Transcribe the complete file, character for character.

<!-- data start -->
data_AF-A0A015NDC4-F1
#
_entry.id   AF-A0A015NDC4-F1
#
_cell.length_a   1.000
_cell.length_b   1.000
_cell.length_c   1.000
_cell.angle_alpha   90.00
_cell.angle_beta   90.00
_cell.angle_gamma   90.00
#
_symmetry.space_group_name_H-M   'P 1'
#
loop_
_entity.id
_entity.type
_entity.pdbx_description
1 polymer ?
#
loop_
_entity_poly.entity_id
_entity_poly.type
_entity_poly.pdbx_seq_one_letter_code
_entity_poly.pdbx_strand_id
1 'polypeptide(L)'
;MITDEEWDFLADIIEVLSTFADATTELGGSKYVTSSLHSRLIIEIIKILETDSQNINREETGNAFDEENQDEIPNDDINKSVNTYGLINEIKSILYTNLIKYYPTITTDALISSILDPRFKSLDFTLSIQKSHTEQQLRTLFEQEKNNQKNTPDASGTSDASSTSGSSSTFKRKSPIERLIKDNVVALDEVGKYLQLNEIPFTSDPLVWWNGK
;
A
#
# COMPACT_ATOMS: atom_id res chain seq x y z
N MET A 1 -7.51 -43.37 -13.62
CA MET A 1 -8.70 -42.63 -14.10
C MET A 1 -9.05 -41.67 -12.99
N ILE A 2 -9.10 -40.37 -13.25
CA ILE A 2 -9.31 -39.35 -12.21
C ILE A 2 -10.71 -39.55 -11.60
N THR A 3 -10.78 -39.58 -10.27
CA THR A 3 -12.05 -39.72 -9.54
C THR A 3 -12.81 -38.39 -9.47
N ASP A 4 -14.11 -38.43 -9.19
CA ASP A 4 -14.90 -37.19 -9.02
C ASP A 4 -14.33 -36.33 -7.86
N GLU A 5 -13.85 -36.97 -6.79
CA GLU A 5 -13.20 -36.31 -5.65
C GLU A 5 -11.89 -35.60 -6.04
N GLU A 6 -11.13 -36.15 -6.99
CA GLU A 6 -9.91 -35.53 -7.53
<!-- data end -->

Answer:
data_AF-A0A015NDC4-F1
#
_entry.id   AF-A0A015NDC4-F1
#
_cell.length_a   1.000
_cell.length_b   1.000
_cell.length_c   1.000
_cell.angle_alpha   90.00
_cell.angle_beta   90.00
_cell.angle_gamma   90.00
#
_symmetry.space_group_name_H-M   'P 1'
#
loop_
_entity.id
_entity.type
_entity.pdbx_description
1 polymer ?
#
loop_
_entity_poly.entity_id
_entity_poly.type
_entity_poly.pdbx_seq_one_letter_code
_entity_poly.pdbx_strand_id
1 'polypeptide(L)'
;MITDEEWDFLADIIEVLSTFADATTELGGSKYVTSSLHSRLIIEIIKILETDSQNINREETGNAFDEENQDEIPNDDINKSVNTYGLINEIKSILYTNLIKYYPTITTDALISSILDPRFKSLDFTLSIQKSHTEQQLRTLFEQEKNNQKNTPDASGTSDASSTSGSSSTFKRKSPIERLIKDNVVALDEVGKYLQLNEIPFTSDPLVWWNGK
;
A
#
# COMPACT_ATOMS: atom_id res chain seq x y z
N MET A 1 -7.51 -43.37 -13.62
CA MET A 1 -8.70 -42.63 -14.10
C MET A 1 -9.05 -41.67 -12.99
N ILE A 2 -9.10 -40.37 -13.25
CA ILE A 2 -9.31 -39.35 -12.21
C ILE A 2 -10.71 -39.55 -11.60
N THR A 3 -10.78 -39.58 -10.27
CA THR A 3 -12.05 -39.72 -9.54
C THR A 3 -12.81 -38.39 -9.47
N ASP A 4 -14.11 -38.43 -9.19
CA ASP A 4 -14.90 -37.19 -9.02
C ASP A 4 -14.33 -36.33 -7.86
N GLU A 5 -13.85 -36.97 -6.79
CA GLU A 5 -13.20 -36.31 -5.65
C GLU A 5 -11.89 -35.60 -6.04
N GLU A 6 -11.13 -36.15 -6.99
CA GLU A 6 -9.91 -35.53 -7.53